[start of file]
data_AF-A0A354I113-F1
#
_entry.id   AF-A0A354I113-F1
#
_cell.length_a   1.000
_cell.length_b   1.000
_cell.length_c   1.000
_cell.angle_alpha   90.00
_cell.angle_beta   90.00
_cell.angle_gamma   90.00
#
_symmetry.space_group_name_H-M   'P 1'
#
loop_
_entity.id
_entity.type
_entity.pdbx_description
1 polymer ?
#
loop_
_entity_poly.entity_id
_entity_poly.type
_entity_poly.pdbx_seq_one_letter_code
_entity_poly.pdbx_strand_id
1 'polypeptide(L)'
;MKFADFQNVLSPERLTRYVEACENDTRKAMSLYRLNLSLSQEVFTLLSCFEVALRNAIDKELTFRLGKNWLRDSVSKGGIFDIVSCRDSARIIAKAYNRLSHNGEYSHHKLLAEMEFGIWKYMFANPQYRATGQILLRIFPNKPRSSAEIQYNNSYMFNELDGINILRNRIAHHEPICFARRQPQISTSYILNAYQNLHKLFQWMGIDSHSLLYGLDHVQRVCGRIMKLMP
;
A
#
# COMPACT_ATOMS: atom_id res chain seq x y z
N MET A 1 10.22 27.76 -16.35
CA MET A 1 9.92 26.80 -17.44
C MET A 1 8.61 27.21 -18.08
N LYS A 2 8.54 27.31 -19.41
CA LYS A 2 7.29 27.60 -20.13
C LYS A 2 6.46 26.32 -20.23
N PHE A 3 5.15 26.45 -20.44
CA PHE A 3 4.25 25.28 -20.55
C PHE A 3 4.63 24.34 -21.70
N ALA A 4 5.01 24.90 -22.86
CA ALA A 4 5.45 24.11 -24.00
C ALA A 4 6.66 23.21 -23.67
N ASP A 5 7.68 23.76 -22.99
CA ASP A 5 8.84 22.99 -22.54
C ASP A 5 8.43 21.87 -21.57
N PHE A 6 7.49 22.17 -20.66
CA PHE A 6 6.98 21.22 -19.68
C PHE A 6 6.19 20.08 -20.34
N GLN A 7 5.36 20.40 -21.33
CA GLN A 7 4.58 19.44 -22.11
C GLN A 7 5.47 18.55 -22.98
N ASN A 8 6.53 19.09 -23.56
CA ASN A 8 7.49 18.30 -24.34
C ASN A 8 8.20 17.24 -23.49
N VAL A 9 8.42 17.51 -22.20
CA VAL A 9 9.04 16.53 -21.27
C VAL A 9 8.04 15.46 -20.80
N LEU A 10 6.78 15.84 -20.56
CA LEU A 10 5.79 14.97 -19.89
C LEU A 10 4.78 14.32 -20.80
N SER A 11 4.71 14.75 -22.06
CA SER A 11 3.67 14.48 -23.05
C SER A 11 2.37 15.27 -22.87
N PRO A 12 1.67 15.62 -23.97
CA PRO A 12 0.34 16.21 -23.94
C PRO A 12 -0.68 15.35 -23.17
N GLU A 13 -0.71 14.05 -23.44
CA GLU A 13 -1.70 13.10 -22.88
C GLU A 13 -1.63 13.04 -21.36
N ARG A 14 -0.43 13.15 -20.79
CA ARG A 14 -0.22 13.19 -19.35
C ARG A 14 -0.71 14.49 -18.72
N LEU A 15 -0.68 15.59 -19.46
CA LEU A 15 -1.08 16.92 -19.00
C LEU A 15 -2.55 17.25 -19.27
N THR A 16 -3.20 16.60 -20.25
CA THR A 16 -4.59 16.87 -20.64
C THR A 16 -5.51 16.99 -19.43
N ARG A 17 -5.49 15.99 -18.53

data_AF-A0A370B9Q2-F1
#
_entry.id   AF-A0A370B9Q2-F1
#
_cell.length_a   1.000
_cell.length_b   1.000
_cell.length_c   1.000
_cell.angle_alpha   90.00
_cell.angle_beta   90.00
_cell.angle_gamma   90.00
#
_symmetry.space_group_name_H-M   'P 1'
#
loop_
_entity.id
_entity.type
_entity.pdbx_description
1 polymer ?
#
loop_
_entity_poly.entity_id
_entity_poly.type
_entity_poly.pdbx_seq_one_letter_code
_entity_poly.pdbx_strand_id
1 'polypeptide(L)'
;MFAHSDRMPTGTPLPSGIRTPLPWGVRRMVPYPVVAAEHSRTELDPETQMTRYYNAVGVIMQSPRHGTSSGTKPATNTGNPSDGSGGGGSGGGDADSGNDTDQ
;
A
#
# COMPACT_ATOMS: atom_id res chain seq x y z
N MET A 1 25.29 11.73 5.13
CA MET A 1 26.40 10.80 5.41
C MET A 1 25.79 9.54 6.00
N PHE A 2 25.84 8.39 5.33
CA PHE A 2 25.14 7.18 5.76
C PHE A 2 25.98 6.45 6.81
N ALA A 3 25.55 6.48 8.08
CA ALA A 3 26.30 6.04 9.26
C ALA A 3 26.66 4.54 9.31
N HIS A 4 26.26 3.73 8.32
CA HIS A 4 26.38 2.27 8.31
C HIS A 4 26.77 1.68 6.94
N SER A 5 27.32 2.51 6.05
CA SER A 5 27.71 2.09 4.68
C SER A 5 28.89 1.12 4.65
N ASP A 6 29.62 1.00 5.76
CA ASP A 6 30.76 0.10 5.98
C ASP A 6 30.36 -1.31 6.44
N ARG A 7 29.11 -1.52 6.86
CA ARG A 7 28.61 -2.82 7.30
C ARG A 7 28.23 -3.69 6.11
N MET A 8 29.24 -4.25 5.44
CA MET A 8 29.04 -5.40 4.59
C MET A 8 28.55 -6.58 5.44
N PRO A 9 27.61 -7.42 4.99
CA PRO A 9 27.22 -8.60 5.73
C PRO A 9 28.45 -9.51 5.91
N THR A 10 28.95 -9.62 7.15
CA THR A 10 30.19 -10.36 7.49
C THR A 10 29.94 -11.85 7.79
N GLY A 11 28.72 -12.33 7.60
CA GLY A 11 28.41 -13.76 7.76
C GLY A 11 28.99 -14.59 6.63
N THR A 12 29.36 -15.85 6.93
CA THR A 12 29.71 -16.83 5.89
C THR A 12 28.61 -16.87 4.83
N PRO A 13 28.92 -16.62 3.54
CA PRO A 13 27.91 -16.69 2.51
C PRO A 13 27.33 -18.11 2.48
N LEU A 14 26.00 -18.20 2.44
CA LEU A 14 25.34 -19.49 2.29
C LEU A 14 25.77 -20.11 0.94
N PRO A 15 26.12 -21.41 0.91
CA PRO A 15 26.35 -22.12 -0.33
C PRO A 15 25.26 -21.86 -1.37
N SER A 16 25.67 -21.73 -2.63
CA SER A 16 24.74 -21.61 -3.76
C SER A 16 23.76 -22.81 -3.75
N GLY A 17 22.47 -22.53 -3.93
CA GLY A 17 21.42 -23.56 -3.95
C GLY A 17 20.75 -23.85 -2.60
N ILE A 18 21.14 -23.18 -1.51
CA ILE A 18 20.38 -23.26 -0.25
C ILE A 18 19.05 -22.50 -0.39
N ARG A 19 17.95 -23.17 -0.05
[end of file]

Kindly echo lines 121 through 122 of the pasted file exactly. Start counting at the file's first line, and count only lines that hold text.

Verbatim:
C HIS A 4 26.77 1.68 6.94
N SER A 5 27.32 2.51 6.05